In an earlier article, I outlined why filing an Appeal in a Circuit Court after losing a License Restoration Appeal with the DAAD is generally a losing proposition. As a Driver’s License Restoration Lawyer, I receive lots of emails from folks who think they’ve been wrongfully denied and inquire about using my services to file an Appeal. The purpose of this article is to reiterate that, generally speaking, once a person has taken their shot with the Secretary of State and lost, they’ll probably just have to wait the year before they can go back and try again.
I’ve said this in several articles: I’m in business to make money, not send willing Clients away. So far, in 2010, I have a 100% success rate in my License Restoration Appeals, and have, for years, maintained a win rate well over 90%. I’m not looking to pick up a few bucks at the expense of my record and reputation. Therefore, when I tell someone they would likely be wasting their money to file an Appeal of a DAAD loss, I really mean it.
Those who have tried on their own and lost make the best Clients because they know they need help with this process. The truth is that almost all of the reasons a person loses an Appeal that they file on their own are for things that would have been avoided if they wouldn’t have tried to save a few bucks and go the “do it yourself” route.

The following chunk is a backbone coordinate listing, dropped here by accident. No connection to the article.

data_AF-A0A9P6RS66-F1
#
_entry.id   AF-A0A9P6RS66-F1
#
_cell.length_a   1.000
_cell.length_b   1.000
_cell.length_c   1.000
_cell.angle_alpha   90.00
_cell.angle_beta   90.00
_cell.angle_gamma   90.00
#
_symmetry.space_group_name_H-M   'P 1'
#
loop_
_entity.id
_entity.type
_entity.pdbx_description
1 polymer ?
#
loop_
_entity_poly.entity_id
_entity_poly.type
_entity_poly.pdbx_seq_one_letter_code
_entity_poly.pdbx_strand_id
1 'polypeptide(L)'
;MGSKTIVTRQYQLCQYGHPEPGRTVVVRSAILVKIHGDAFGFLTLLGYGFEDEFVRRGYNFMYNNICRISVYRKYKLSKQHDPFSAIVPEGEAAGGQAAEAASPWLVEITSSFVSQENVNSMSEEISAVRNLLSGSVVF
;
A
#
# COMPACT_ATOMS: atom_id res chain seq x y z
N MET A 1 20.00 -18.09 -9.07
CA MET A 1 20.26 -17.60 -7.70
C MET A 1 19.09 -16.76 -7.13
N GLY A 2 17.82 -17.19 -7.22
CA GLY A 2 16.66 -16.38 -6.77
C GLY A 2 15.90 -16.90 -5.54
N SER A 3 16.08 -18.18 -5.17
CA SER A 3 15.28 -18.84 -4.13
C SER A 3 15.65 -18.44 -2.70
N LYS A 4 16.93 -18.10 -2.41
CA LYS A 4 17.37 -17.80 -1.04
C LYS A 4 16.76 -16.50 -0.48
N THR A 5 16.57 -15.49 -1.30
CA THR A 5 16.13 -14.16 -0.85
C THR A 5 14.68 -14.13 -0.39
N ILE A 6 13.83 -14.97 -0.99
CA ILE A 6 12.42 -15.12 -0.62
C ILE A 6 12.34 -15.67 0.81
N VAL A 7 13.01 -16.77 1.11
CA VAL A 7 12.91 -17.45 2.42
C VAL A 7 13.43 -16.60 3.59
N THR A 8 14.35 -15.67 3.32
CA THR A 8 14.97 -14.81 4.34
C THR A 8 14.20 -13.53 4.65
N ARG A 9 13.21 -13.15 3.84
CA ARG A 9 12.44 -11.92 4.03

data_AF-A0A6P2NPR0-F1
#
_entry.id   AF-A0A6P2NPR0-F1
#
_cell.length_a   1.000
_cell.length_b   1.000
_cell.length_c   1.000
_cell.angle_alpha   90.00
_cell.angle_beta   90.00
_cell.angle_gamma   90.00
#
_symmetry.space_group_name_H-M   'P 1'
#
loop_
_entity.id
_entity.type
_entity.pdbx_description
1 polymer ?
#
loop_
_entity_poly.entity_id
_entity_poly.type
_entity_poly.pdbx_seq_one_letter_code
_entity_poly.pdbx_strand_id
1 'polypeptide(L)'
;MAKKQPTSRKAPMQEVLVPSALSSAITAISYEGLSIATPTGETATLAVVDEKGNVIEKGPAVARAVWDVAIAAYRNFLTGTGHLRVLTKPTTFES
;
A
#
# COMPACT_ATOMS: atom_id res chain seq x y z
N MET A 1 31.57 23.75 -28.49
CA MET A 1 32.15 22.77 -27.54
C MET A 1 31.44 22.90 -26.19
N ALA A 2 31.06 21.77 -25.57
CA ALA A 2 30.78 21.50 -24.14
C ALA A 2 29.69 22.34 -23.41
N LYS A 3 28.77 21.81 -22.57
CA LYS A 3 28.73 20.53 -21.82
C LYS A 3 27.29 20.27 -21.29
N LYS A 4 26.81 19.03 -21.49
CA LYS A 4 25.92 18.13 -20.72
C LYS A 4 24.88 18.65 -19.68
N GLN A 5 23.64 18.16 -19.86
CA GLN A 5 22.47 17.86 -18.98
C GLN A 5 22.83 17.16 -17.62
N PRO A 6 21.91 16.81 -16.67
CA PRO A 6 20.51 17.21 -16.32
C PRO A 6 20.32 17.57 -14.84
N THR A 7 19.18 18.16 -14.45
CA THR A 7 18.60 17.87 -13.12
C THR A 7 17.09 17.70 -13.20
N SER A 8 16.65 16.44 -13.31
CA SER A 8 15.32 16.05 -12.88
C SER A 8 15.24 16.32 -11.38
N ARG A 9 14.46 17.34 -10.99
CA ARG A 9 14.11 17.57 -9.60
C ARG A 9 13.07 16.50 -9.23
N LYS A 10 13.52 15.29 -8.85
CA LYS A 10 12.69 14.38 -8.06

The problem lies in the fact that most people who file for a License Restoration Appeal before the DAAD really have quit drinking, and truly are committed to remaining abstinent. While those are necessary pre-conditions to an Appeal, standing alone, they fall FAR short of what it takes to win back your License. Remember, under the Law, (specifically, Rule 13), the DAAD Hearing Office is directed to “Deny an Appeal, unless the Petitioner proves [their case] by clear and convincing evidence….” In other words, it’s not the case that the Hearing Officer sits and determines if the person has merely “tipped the scales” in their favor. That’s not nearly enough to win.
In baseball terms, “tipping the scales” could be equated to getting a walk, or a single.
This “Clear and Convincing Evidence” standard is more like hitting a triple, or a home run.
So the do-it-your-selfer, or the person who hires a Lawyer who is not a full-blown License Restoration Lawyer goes in, takes their best shot, and loses. Angry because they feel like they got “screwed,” they then wonder about appealing that decision to Circuit Court.
That’s when I get the e-mail asking about filing an “Appeal” of a lost License Restoration Appeal, in Circuit Court. And in virtually every case, I have no good news to offer.
I don’t do Circuit Court Appeals. From a purely statistical point of view, they’re overwhelmingly losers. I think they should be the picture next to the very definition of throwing good money after bad, at least in most cases.
Another misunderstood fact is exactly what an Appeal to Circuit Court is. The short version is that the Circuit Judge cannot review the case, and merely find that he or she would have issued a License if they had originally decided the Appeal. Instead, the Judge must find a serious legal error in the Hearing Officer’s decision. Even if a Judge feels strongly that he or she would have granted the License had they heard the original Appeal, they cannot overturn the Hearing Officer’s decision without finding a serious legal error that wrongly affected the outcome of the case.